Cliff Gusztak is a little boy with a big heart. An idea for a small cupcake stand evolved into a fundraising campaign that raised a total of $7,150 for Mennonite Central Committee’s Ukraine emergency response.
“I was maybe thinking that we could stop the war,” he said innocently but sincerely of his efforts.
The nine-year-old, who attends Foothills Mennonite Church in Calgary, recently learned from his parents that he is more than half-Ukrainian. He also learned that he had relatives who had to flee the conflict, refugees the family is planning on supporting to come to Canada.
“That just made me really sad and the whole idea just popped into my head,” said Cliff. “Then dad got involved and it turned into something bigger.”
Cliff’s dad is a chef at one of Calgary’s highly rated restaurants, NOtaBLE. Together, father and son baked 800 mini cupcakes for the bake sale.
“Dad did the baking and I put the dough in and put the icing on top,” said Cliff excitedly.
With many family members and friends in different provinces, Cliff’s mom Ashley started a GoFundMe fundraiser so people could contribute from afar. The total from the GoFundMe campaign was $2,577 of their $5,000 goal.
Cliff and his mom reached out to friends from Sunday school and their families, as well as church members. The call-out resulted in approximately six tables displaying baked goods.
The bake sale was held on March 27 at Foothills, after the morning service. The basement was bustling with buyers and, along with Cliff’s cupcakes, there were cookies, pies, candy boxes and even handmade keychains of the Ukrainian flag.
During the event, Cliff stood proudly behind his cupcake table talking to buyers about his story and dream behind the event, while attendees dropped cash and coins into a large jar. Cliff was excited to be able to hand the jar over to MCC representatives himself.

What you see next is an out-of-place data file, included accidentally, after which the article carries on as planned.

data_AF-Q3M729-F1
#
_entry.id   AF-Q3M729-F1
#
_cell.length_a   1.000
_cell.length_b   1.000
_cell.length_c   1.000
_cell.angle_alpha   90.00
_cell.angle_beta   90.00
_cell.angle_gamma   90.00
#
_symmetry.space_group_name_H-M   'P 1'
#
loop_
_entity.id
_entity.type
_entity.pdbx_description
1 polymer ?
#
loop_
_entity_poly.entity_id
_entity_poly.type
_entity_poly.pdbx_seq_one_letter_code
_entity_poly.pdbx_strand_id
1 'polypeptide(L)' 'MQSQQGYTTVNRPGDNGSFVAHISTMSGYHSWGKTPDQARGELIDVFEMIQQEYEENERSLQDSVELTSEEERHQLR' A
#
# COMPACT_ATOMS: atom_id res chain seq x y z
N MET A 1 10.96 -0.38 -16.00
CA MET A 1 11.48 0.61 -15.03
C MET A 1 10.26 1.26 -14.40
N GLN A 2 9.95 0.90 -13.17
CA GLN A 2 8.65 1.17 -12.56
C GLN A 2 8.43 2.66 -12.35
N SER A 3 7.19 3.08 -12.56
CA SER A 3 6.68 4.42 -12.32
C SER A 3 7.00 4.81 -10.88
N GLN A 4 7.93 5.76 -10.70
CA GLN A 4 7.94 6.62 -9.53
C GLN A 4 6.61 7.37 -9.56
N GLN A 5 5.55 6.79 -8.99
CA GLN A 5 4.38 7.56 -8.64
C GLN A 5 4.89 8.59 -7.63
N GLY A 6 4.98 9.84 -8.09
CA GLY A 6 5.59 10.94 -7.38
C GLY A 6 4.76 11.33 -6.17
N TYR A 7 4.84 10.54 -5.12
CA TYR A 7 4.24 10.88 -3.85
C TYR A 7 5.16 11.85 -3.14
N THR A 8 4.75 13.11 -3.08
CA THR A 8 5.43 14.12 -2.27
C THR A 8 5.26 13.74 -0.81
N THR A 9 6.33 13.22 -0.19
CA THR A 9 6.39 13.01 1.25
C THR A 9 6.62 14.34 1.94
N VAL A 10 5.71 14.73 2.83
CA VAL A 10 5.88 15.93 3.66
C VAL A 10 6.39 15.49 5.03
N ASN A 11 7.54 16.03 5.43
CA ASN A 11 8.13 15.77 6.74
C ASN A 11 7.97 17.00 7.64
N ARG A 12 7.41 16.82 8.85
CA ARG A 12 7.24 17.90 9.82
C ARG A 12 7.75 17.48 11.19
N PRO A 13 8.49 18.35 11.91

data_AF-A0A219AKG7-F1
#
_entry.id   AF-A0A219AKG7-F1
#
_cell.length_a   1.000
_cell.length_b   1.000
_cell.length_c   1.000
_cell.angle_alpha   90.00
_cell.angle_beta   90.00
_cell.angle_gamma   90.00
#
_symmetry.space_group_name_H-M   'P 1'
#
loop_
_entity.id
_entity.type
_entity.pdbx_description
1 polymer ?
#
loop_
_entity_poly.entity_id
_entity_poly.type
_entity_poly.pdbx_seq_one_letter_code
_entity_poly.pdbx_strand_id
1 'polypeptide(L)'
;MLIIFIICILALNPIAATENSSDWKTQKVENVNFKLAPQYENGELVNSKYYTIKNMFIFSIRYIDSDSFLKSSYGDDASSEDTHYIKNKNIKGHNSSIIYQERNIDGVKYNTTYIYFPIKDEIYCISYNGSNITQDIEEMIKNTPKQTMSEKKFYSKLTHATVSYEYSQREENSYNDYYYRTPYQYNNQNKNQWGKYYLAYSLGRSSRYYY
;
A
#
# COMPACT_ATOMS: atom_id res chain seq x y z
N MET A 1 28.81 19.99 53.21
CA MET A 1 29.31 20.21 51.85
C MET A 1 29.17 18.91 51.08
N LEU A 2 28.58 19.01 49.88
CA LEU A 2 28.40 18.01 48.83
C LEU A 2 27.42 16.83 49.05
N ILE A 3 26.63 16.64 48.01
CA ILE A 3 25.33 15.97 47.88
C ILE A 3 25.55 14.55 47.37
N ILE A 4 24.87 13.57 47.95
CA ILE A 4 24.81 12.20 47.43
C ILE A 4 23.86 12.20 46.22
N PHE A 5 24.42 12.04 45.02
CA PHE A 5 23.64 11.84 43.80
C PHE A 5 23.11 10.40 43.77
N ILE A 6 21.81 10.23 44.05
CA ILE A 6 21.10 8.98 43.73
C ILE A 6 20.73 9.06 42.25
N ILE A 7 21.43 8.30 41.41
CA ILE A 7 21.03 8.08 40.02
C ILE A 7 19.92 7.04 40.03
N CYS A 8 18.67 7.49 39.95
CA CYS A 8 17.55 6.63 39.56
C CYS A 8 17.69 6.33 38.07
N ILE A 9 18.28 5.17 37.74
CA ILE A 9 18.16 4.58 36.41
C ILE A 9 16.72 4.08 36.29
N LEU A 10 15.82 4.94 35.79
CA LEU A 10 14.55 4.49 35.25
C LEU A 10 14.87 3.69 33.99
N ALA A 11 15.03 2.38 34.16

Linda Dickinson, material resources coordinator for MCC Alberta, was in attendance at the event. She explained how the donations will be used:“We have 12 partners in Ukraine and we are supporting them with money. They are still on the ground doing the work they were doing. It may have changed in scope or ability, but the work is ongoing.”
MCC has approved several smaller-scale, emergency-response projects as it makes plans for longer-term work. These projects include providing lodging, meals, basic medications, fuel and food items for internally displaced people in the city of Uman and in the Cherkasy region.
An MCC partner is delivering food baskets to the homes of individuals with disabilities in the city of Zaporizhzhia. In the city of Avdilvka, an MCC partner is providing families that are sheltering in place with enough food and funds to cover basic needs for two weeks.
Another partner is developing plans to support members of the Roma community displaced from Eastern Ukraine. The effort will include emergency shelter; water, sanitation and hygiene products; and food needs, as well as informal education and children’s programming.
MCC is also developing a response that is longer-term, including psychosocial support, trauma healing, temporary housing, and distribution of locally purchased supplies such as blankets and food packages. MCC also plans to resume shipments of material resources once in-country conditions are stable enough.
“This idea started as a little cupcake stand in our front yard, to being a community event that could not have happened without the help from our church, all Cliff’s Sunday school friends and families, and from everyone that donated to his GoFundMe,” said Ashley. “Thank you for making a boy’s big dream a reality and for showing him that his ideas do make a difference, and that he can help people who truly need it right now.”
Do you have a story idea about Mennonites in Alberta? Send it to Jessica Evans at firstname.lastname@example.org.